ypserv.conf - Man Page

configuration file for ypserv and rpc.ypxfrd


ypserv.conf is an ASCII file which contains some options for ypserv. It also contains a list of rules for special host and map access for ypserv and rpc.ypxfrd. This file will be read by ypserv and rpc.ypxfrd at startup, or when receiving a SIGHUP signal.

There is one entry per line. If the line is a option line, the format is:

   option: argument

The line for an access rule has the format:


All rules are tried one by one. If no match is found, access to a map is allowed.

Following options exist:

files: 30

This option specifies, how many database files should be cached by ypserv. If 0 is specified, caching is disabled. Decreasing this number is only possible, if ypserv is restarted.

trusted_master: server

If this option is set on a slave server, new maps from the host server will be accepted as master. The default is, that no trusted master is set and new maps will not be accepted.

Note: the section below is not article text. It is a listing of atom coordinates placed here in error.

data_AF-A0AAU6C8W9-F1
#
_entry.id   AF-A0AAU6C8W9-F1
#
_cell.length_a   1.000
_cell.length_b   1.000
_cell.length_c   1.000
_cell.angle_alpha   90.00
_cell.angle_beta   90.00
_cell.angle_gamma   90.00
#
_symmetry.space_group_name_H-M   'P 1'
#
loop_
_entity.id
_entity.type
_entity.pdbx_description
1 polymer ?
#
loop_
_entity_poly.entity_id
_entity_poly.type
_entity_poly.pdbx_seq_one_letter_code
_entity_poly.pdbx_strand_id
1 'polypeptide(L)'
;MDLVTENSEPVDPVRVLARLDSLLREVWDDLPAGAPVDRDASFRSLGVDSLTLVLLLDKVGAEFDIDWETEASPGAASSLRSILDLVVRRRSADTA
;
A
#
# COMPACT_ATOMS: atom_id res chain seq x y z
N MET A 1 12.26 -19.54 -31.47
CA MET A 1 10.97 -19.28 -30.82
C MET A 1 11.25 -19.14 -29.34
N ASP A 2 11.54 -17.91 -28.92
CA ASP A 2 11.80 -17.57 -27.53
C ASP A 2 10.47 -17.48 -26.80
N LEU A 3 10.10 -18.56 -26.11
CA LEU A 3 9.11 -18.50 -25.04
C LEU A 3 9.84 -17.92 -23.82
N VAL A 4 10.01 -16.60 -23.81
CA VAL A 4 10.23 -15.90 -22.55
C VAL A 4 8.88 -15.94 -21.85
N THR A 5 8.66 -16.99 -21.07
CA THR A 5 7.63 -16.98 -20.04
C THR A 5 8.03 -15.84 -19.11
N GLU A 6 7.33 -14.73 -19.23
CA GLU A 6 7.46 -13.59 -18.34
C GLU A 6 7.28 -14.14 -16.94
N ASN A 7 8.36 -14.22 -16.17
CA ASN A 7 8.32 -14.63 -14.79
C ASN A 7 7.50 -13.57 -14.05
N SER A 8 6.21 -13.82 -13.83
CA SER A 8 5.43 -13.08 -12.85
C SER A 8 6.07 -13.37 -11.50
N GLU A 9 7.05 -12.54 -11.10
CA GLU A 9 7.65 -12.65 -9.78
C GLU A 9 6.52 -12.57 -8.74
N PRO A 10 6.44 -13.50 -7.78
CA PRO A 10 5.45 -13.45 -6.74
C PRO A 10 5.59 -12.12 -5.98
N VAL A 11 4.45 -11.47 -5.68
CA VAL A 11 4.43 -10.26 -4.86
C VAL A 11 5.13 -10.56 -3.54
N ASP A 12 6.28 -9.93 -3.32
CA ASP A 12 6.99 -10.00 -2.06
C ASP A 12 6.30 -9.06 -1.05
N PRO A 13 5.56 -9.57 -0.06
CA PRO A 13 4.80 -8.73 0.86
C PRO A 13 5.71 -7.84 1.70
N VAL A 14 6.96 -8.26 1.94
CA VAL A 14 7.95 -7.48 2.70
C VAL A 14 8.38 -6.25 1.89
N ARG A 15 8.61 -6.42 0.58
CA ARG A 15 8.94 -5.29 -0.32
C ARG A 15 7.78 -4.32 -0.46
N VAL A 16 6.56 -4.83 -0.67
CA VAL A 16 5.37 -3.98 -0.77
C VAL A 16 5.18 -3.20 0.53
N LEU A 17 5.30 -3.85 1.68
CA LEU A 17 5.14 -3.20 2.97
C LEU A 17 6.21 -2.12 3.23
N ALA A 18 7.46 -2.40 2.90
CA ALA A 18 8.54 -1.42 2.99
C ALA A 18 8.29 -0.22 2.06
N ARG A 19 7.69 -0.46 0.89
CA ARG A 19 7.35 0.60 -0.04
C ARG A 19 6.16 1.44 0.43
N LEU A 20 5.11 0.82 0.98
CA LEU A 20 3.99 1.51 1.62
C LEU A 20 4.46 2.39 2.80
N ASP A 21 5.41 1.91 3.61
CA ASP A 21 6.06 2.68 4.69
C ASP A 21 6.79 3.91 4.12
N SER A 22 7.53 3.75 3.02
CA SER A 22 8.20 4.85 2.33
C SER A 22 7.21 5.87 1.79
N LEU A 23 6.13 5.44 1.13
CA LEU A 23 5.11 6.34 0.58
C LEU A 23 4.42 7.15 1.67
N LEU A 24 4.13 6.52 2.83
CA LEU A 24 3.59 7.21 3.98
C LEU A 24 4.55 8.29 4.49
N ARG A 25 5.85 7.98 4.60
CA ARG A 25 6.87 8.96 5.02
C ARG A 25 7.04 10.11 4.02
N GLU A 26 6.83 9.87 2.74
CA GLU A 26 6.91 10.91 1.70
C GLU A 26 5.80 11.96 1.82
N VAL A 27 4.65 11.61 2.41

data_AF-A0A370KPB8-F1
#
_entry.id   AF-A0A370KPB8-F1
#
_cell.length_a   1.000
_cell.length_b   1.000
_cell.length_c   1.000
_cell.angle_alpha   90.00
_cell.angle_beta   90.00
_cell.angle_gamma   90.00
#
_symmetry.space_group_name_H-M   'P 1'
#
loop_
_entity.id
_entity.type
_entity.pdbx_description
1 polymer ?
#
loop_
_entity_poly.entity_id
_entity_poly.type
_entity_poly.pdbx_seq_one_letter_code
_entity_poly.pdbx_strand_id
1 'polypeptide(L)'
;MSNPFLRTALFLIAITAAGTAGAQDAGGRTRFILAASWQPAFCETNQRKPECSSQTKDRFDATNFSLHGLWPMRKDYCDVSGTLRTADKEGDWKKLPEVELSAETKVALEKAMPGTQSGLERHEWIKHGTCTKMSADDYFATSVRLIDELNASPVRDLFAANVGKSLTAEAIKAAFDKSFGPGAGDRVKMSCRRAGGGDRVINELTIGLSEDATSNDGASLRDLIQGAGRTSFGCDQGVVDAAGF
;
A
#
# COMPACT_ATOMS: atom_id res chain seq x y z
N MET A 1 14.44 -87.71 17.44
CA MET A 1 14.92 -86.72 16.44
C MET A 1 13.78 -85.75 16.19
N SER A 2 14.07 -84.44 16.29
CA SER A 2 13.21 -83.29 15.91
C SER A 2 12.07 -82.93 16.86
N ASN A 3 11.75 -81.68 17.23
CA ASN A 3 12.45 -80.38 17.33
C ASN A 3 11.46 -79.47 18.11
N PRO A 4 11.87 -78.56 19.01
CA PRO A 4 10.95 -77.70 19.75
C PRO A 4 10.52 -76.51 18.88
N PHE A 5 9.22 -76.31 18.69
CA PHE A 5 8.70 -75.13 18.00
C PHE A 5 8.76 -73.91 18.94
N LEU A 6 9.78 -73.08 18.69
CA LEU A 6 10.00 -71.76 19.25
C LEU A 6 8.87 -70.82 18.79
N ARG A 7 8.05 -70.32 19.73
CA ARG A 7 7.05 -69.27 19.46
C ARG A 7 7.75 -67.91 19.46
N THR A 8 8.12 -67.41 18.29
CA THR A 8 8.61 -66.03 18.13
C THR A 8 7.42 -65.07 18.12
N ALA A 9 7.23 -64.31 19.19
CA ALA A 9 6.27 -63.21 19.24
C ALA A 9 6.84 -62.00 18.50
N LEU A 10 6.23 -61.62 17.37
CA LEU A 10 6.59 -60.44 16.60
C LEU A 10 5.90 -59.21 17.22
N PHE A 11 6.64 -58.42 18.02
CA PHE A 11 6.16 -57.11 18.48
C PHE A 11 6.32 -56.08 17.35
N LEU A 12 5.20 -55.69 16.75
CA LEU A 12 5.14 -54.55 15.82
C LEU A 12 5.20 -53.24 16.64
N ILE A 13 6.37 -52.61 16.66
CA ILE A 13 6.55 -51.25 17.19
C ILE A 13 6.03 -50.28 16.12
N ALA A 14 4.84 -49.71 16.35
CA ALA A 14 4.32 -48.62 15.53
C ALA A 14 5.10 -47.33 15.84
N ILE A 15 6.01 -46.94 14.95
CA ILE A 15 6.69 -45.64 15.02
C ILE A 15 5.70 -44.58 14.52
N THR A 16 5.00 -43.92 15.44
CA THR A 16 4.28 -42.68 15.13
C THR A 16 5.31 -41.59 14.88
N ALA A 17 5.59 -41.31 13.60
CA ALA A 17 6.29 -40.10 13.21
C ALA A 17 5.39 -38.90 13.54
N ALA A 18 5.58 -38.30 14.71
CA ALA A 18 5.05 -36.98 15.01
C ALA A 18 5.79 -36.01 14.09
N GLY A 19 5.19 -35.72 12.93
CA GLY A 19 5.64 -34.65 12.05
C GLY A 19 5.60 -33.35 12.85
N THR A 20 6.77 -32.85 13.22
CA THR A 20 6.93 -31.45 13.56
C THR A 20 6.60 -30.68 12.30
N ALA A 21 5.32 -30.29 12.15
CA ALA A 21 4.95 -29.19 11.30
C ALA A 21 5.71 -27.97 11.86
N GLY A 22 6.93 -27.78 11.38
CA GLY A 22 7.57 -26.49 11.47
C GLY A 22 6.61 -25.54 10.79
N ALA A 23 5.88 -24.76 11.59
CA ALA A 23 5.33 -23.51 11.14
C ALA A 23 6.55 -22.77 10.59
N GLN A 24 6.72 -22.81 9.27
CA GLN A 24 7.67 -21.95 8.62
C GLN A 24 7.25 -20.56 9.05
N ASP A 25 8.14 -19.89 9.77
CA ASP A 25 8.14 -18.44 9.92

trusted_master: ypmaster.example.org
slp: [yes|<no>|domain]

If this option is enabled and SLP support compiled in, the NIS server registers itself on a SLP server. If the variable is set to domain, an attribute domain with a comma seperated list of supported domainnames is set. Else this attribute will not be set. The default is "no" (disabled).

xfr_check_port: [<yes>|no]

With this option enabled, the NIS master server have to run on a port < 1024. The default is "yes" (enabled).

The field descriptions for the access rule lines are:


IPv4 only address. Wildcards are allowed. This rules are ignored for IPv6, which means it is better to not use this option at all anymore.


   131.234. =

specifies the domain, for which this rule should be applied. An asterix as wildcard is allowed.


name of the map, or asterisk for all maps.


one of none, port, deny:


always allow access.


allow access if from port < 1024. Otherwise do not allow access.


deny access to this map.



See Also

ypserv(8), rpc.ypxfrd(8)


The access rules for special maps are no real improvement in security, but they make the life a little bit harder for a potential hacker.

Solaris clients don't use privileged ports. All security options which depend on privileged ports cause big problems on Solaris clients.


Thorsten Kukuk <kukuk@thkukuk.de>

Referenced By


07/23/2022 NIS Reference Manual